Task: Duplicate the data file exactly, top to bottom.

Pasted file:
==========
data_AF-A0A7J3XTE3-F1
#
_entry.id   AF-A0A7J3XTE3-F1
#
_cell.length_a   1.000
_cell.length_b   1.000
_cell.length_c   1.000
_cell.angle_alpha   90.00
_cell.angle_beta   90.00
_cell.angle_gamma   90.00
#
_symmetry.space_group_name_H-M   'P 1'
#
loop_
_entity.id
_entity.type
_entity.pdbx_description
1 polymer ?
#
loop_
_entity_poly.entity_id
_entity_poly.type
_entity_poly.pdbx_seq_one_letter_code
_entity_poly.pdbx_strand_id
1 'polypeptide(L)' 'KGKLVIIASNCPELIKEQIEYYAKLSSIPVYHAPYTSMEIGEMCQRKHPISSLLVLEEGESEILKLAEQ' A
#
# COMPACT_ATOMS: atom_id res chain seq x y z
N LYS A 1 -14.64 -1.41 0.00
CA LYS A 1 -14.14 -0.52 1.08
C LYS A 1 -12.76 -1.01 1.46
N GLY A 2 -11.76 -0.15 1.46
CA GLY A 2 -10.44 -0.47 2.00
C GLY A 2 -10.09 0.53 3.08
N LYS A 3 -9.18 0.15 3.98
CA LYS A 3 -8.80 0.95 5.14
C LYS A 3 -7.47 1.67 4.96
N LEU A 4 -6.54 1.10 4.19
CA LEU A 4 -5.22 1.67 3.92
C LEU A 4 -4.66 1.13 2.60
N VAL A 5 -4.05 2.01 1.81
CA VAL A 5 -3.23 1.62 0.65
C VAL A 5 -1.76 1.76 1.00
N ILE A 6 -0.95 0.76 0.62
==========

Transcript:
data_AF-A0A7J3XTE3-F1
#
_entry.id   AF-A0A7J3XTE3-F1
#
_cell.length_a   1.000
_cell.length_b   1.000
_cell.length_c   1.000
_cell.angle_alpha   90.00
_cell.angle_beta   90.00
_cell.angle_gamma   90.00
#
_symmetry.space_group_name_H-M   'P 1'
#
loop_
_entity.id
_entity.type
_entity.pdbx_description
1 polymer ?
#
loop_
_entity_poly.entity_id
_entity_poly.type
_entity_poly.pdbx_seq_one_letter_code
_entity_poly.pdbx_strand_id
1 'polypeptide(L)' 'KGKLVIIASNCPELIKEQIEYYAKLSSIPVYHAPYTSMEIGEMCQRKHPISSLLVLEEGESEILKLAEQ' A
#
# COMPACT_ATOMS: atom_id res chain seq x y z
N LYS A 1 -14.64 -1.41 0.00
CA LYS A 1 -14.14 -0.52 1.08
C LYS A 1 -12.76 -1.01 1.46
N GLY A 2 -11.76 -0.15 1.46
CA GLY A 2 -10.44 -0.47 2.00
C GLY A 2 -10.09 0.53 3.08
N LYS A 3 -9.18 0.15 3.98
CA LYS A 3 -8.80 0.95 5.14
C LYS A 3 -7.47 1.67 4.96
N LEU A 4 -6.54 1.10 4.19
CA LEU A 4 -5.22 1.67 3.92
C LEU A 4 -4.66 1.13 2.60
N VAL A 5 -4.05 2.01 1.81
CA VAL A 5 -3.23 1.62 0.65
C VAL A 5 -1.76 1.76 1.00
N ILE A 6 -0.95 0.76 0.62